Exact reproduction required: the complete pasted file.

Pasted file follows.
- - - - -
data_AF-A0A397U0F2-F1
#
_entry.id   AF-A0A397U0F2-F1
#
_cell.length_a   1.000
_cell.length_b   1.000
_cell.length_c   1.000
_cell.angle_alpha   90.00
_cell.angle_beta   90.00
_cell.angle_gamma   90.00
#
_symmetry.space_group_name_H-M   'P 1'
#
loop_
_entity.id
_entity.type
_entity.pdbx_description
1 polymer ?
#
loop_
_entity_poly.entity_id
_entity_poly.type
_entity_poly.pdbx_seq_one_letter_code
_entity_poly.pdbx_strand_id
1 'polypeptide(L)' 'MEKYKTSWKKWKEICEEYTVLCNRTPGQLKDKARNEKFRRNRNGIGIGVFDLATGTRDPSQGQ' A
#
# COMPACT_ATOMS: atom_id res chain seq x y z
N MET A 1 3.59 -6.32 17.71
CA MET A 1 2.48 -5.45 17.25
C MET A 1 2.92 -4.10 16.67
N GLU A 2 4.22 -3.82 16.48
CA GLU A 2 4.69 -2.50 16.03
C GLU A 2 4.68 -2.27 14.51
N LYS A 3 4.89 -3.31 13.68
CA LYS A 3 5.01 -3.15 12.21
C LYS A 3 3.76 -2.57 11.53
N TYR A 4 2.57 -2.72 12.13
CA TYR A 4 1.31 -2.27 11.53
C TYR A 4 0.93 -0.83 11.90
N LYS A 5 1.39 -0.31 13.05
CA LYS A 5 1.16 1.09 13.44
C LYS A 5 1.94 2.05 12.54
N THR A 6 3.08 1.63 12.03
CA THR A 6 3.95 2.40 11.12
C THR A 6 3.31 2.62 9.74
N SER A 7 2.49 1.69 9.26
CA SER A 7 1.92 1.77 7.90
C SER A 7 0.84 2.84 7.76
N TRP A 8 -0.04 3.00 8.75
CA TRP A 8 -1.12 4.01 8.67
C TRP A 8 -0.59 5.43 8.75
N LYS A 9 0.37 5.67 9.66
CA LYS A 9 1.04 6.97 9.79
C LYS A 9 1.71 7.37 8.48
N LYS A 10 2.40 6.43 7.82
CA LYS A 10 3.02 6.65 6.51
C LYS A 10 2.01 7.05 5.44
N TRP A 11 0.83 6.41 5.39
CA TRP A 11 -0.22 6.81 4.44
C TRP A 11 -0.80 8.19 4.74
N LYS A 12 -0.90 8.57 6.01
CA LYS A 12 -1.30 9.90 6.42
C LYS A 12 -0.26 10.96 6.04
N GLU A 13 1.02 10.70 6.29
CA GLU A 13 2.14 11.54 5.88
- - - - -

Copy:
data_AF-A0A397U0F2-F1
#
_entry.id   AF-A0A397U0F2-F1
#
_cell.length_a   1.000
_cell.length_b   1.000
_cell.length_c   1.000
_cell.angle_alpha   90.00
_cell.angle_beta   90.00
_cell.angle_gamma   90.00
#
_symmetry.space_group_name_H-M   'P 1'
#
loop_
_entity.id
_entity.type
_entity.pdbx_description
1 polymer ?
#
loop_
_entity_poly.entity_id
_entity_poly.type
_entity_poly.pdbx_seq_one_letter_code
_entity_poly.pdbx_strand_id
1 'polypeptide(L)' 'MEKYKTSWKKWKEICEEYTVLCNRTPGQLKDKARNEKFRRNRNGIGIGVFDLATGTRDPSQGQ' A
#
# COMPACT_ATOMS: atom_id res chain seq x y z
N MET A 1 3.59 -6.32 17.71
CA MET A 1 2.48 -5.45 17.25
C MET A 1 2.92 -4.10 16.67
N GLU A 2 4.22 -3.82 16.48
CA GLU A 2 4.69 -2.50 16.03
C GLU A 2 4.68 -2.27 14.51
N LYS A 3 4.89 -3.31 13.68
CA LYS A 3 5.01 -3.15 12.21
C LYS A 3 3.76 -2.57 11.53
N TYR A 4 2.57 -2.72 12.13
CA TYR A 4 1.31 -2.27 11.53
C TYR A 4 0.93 -0.83 11.90
N LYS A 5 1.39 -0.31 13.05
CA LYS A 5 1.16 1.09 13.44
C LYS A 5 1.94 2.05 12.54
N THR A 6 3.08 1.63 12.03
CA THR A 6 3.95 2.40 11.12
C THR A 6 3.31 2.62 9.74
N SER A 7 2.49 1.69 9.26
CA SER A 7 1.92 1.77 7.90
C SER A 7 0.84 2.84 7.76
N TRP A 8 -0.04 3.00 8.75
CA TRP A 8 -1.12 4.01 8.67
C TRP A 8 -0.59 5.43 8.75
N LYS A 9 0.37 5.67 9.66
CA LYS A 9 1.04 6.97 9.79
C LYS A 9 1.71 7.37 8.48
N LYS A 10 2.40 6.43 7.82
CA LYS A 10 3.02 6.65 6.51
C LYS A 10 2.01 7.05 5.44
N TRP A 11 0.83 6.41 5.39
CA TRP A 11 -0.22 6.81 4.44
C TRP A 11 -0.80 8.19 4.74
N LYS A 12 -0.90 8.57 6.01
CA LYS A 12 -1.30 9.90 6.42
C LYS A 12 -0.26 10.96 6.04
N GLU A 13 1.02 10.70 6.29
CA GLU A 13 2.14 11.54 5.88